“I’ve retired now and my life is less complicated, so do I really need a financial planner in retirement?”
The simple answer is… yes, you do.
This is a question that I hear regularly. It is relevant to so many retirement-age Baby Boomers.
In the spirit of candour, and based on 40 years of working with clients, what follows are our impartial observations. This is based on first-hand experiences with hundreds of families who have reached retirement age.
You Will Fit Into One Of These Three Categories:
1. You haven’t used a financial adviser before to help you with your finances
2. You used to work with a financial adviser
3. You have an ongoing working relationship with your financial adviser
On the basis that you are near retirement, you need to make decisions. Whether you continue as you are and if you are in category 3, carry on or stop.
Adulthood can be split into two neat halves to add some colour to the question.
The First Half (The Ascent)
Between ages 20 to 60 is the typical working life for most people. You work and strive, build a career, buy a house, raise a family, perhaps paying for quality education and enjoying a certain standard of living.
This consists of managing debt, balancing your income and outgoings, putting money away into a pension, saving for a rainy day and topping up ISAs annually. It is hard. It can be a tough climb. You need to be well equipped.
And one day, the striving is over. Enough money (you hope) has been invested to leave the workplace behind and your mortgage is paid off. Your pension pot is bulging, your children have finished university and your new car on the driveway is free from finance for the first time. Your sights are set on a holiday home in Cornwall or Norfolk and everything looks good.
We don’t know if you have had professional help during this 30-year growth phase. Regardless, most of those years may be behind you. You need to look ahead.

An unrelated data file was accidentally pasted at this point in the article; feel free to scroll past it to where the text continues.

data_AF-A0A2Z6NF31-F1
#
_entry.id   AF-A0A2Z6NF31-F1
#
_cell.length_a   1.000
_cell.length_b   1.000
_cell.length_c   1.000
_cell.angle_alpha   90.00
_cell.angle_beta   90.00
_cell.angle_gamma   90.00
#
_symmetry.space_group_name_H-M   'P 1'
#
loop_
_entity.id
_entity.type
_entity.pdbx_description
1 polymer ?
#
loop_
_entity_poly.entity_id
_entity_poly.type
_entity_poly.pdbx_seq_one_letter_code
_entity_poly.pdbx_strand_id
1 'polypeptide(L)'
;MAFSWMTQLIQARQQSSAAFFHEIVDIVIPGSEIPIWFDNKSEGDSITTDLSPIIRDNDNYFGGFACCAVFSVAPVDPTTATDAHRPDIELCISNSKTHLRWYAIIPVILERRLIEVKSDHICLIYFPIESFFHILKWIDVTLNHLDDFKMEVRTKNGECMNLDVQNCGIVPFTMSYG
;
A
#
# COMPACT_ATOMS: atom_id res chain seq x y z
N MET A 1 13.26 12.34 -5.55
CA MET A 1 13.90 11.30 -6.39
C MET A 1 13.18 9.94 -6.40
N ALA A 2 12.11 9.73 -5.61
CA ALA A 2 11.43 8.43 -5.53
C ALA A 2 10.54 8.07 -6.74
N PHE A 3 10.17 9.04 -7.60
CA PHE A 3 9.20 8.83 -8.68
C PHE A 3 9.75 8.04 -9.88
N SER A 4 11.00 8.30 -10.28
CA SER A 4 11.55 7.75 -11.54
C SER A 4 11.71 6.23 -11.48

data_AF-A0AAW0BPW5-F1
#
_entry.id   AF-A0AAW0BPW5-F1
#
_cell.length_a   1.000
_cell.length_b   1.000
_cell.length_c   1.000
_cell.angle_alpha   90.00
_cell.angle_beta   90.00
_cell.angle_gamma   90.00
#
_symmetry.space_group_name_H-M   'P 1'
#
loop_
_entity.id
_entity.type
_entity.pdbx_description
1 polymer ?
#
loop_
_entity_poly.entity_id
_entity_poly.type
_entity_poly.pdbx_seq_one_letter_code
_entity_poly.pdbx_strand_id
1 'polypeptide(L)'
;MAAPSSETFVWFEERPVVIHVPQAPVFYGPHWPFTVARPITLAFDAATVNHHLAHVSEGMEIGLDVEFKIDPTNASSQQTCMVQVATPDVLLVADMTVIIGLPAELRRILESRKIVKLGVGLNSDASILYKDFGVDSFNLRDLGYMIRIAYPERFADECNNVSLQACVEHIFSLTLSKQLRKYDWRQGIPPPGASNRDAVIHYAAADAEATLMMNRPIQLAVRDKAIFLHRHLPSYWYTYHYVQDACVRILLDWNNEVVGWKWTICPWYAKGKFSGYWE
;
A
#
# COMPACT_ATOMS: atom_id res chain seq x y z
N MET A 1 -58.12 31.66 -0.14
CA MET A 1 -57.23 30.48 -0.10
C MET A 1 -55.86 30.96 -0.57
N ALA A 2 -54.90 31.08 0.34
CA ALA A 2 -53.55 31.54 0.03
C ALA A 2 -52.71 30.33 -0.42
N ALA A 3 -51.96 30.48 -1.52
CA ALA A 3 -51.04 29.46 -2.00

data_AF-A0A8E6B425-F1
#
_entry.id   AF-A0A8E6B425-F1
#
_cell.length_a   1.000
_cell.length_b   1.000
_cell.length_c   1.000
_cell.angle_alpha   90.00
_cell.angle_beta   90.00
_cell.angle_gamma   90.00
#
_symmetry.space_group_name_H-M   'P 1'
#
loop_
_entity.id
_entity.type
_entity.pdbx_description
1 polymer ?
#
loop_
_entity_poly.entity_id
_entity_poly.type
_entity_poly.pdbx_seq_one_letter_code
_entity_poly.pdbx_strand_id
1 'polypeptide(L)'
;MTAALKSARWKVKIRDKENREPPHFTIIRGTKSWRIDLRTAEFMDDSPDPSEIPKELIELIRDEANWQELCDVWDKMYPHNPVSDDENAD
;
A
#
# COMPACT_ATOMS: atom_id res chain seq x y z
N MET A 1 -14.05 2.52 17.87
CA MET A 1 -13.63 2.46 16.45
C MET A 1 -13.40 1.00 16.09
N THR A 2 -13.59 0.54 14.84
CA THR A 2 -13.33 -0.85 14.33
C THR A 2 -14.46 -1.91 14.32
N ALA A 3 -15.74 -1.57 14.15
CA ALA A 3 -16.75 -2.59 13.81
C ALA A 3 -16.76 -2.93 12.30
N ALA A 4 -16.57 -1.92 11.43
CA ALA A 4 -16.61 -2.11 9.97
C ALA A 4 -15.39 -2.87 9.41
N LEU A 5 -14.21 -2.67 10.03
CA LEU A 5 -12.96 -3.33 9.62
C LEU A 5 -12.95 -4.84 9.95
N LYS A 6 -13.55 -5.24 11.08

Back to the question: Do you need financial advice after retirement?
The Second Half (The Descent)
The second half of life is the 60+ stage, which is more aligned to spending.
This is where our Mount Everest example comes in.
For climbers, the summit of Everest equates to total achievement. This is the Kodak moment; climbers clad in their gear, smiling and holding a flag, ecstatic.
Our point is that summiting Everest means the climb is only half complete. The other, often more dangerous, half is all about returning home safely with all of your fingers, toes and your ears intact. Perhaps the happy smiling photo with the flag should be taken by your front door when you are home and safe!
Since 1921, 290 people have died climbing Everest. Of these, 71 died on the way down. This represents a significant 25%.
R Douglas Fields, chief of nervous system development and plasticity at the National Institutes of Health (NIH), says “That’s actually a common rule in climbing that more people die coming down than those going up…You’ve tired yourself out in getting to the top.”
A Constant Helping Hand
All very interesting but what has this got to do with financial planning?
Our financial planners in Leeds are constantly reminded of the Everest example as people often believe that since they have reached their 60s and ‘retired’, the hard work is over. They tend to coast, unsupported and without help for thirty more years.
Yes, they may have peaked career-wise and can enjoy the beautiful panoramic view, but for just how long?
There are probably another three or four decades ahead, and this second half can be more complex and challenging than the career ascent. From age 60+, the world will throw a load of challenges your way.
This isn’t the time to not have expert help. This is the time in life when financial planning is most valuable, rewarding and needed.
In our 40 years’ experience of advising and coaching people, clients move from an independent state to one of dependency.
The Fear Of Loss
Having already achieved so much in life, the overriding emotion is now the fear of loss. The issue being ‘How can we live our best life, safe with the knowledge that we will always have enough?’ Safety and fear of loss are key drivers. Like those climbers descending the summit of Everest, one wrong step, one poor decision, a wrong path, and all is lost.
This second half is a time of tough questions.
• Do we have enough income to meet our obligations?
• Will we run out of money?
• What happens if one of us needs long-term care?
• Should we financially help our children now or later?
• Is our capital keeping up with inflation?
• Can we keep on having fun?
These are a few of the questions that clients ask us. They want us to be a sounding board for their ideas, to give an impartial second opinion, to guide and coach them with an experienced hand. In essence, their experienced Sherpa.
As people get older, illness can strike out of the blue and blow your plans off course overnight. What then? Another unexpected challenge, and no life experiences to fall back on. There are tough choices and highly emotional decisions to be made. It isn’t the time to be alone without an expert guide.
Every family is unique, and this blog can’t be precise. Whether you choose to use the internet for guidance or even try robo-advice or adopt an ongoing DIY approach or pay for ad-hoc advice as and when you think you need it, these are your free choices.
Families facing a major issue can rarely resolve it themselves without help.